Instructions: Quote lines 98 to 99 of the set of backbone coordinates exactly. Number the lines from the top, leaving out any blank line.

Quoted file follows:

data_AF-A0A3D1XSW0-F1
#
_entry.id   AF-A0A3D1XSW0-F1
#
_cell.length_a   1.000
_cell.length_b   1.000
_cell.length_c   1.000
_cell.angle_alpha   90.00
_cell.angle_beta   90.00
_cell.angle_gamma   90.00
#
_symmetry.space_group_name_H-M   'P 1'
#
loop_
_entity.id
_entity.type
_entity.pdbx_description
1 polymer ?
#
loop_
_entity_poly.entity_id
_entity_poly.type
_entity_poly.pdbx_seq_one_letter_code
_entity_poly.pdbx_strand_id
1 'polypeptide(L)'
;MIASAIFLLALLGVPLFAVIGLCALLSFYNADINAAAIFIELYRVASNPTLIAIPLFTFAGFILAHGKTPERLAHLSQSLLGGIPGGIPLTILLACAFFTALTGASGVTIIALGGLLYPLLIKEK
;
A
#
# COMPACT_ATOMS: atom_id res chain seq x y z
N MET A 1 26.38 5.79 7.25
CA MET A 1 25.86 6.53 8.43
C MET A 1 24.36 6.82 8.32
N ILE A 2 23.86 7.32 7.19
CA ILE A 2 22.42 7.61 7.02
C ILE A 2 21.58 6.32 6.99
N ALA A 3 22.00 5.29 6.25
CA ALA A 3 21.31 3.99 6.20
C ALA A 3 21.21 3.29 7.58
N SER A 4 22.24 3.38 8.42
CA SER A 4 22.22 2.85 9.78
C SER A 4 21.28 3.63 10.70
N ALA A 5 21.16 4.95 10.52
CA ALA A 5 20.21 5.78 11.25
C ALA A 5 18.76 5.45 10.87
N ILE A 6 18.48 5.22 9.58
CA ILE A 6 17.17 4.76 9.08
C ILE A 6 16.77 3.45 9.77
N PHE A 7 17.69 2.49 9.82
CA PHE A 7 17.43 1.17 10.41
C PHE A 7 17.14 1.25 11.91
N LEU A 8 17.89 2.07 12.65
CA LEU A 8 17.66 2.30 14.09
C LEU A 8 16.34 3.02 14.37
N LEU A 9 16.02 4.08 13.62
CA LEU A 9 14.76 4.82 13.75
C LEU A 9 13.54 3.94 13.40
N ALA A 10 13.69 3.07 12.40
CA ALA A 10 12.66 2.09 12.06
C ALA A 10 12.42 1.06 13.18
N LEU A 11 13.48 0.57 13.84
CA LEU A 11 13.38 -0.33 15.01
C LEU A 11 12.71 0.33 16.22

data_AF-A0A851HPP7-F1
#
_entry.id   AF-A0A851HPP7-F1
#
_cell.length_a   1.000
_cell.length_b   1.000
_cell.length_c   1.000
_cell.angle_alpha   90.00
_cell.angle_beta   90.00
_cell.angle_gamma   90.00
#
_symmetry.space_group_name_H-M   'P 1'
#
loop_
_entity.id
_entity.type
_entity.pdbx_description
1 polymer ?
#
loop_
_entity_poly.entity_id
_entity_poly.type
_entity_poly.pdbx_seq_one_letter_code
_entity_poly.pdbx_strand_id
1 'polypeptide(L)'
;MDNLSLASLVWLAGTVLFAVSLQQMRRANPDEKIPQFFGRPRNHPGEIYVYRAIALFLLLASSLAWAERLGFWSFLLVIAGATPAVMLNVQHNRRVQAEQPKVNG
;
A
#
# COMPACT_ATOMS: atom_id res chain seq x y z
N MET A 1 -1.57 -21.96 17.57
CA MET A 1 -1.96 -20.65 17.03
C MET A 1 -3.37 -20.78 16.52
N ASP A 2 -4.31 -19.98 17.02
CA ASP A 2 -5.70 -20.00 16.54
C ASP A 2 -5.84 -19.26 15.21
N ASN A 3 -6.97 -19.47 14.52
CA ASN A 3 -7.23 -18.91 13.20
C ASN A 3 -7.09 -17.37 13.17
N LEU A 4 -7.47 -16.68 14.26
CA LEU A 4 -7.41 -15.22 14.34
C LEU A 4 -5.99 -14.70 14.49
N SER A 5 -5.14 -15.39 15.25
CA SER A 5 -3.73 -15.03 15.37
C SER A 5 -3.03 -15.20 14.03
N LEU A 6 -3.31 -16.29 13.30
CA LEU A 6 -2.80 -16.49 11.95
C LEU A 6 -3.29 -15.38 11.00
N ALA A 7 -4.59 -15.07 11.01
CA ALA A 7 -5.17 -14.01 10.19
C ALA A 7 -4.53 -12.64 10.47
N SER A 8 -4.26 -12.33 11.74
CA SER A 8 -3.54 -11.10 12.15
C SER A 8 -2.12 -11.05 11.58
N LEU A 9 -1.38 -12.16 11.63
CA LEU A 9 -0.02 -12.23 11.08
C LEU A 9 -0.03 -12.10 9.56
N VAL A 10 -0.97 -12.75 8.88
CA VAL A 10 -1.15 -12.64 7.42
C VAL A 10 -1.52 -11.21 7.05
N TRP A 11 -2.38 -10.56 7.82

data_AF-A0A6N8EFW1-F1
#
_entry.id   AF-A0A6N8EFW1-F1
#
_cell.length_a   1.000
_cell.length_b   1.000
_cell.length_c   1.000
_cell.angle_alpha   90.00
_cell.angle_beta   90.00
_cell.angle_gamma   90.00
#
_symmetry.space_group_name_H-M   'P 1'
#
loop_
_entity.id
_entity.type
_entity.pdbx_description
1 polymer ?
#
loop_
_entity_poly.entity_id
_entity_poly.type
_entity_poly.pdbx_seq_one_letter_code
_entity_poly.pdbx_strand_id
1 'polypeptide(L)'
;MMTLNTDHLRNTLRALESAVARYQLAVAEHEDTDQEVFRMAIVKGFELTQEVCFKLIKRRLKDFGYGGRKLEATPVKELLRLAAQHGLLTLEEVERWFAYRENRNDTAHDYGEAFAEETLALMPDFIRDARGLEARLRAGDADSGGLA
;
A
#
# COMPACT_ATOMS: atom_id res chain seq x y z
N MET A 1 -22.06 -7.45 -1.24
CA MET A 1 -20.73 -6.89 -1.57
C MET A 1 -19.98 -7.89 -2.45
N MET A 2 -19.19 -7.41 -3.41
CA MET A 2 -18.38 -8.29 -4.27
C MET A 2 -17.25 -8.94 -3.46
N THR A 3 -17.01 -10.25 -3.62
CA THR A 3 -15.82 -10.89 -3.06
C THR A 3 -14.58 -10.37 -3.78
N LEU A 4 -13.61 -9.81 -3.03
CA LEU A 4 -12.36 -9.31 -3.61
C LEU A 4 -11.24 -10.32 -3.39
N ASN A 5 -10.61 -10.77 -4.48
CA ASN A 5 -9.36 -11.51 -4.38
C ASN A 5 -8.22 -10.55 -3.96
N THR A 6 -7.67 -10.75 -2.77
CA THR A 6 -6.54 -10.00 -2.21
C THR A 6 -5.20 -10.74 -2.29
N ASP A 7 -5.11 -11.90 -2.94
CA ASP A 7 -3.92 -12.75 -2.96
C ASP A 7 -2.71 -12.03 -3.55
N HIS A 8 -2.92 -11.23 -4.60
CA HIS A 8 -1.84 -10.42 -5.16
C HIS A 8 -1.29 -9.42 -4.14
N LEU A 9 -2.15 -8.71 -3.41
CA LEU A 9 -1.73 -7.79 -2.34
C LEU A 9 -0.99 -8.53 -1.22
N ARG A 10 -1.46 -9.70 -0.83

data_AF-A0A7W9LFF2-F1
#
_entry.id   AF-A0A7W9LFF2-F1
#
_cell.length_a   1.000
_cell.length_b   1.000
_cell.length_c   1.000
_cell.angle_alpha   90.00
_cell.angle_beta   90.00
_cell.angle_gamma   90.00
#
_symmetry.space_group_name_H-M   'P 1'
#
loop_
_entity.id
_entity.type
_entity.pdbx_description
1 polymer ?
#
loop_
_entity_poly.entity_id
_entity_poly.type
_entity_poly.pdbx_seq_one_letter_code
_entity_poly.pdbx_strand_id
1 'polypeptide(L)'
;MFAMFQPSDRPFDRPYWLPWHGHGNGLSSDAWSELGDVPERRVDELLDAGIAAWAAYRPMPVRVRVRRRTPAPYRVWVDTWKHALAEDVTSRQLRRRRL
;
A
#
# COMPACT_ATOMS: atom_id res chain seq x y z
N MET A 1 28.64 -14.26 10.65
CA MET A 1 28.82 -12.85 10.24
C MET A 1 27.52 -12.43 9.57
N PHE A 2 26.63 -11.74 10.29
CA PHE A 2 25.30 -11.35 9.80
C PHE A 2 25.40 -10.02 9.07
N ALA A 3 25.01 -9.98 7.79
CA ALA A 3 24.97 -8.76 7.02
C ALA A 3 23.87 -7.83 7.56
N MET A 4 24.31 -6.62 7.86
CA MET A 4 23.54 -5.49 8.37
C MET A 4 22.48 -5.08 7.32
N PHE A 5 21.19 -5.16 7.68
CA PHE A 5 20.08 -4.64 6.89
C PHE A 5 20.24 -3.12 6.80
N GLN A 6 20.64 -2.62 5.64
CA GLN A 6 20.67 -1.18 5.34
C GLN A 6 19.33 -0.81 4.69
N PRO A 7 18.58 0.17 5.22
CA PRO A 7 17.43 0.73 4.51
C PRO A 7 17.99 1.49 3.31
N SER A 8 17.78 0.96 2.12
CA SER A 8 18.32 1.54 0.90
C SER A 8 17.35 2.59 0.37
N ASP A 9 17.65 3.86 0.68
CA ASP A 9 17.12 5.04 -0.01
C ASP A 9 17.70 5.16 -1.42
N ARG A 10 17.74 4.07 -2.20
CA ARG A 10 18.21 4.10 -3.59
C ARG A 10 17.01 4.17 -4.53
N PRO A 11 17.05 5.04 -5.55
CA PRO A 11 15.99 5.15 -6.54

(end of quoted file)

CA ASP A 2 -5.70 -20.00 16.54
C ASP A 2 -5.84 -19.26 15.21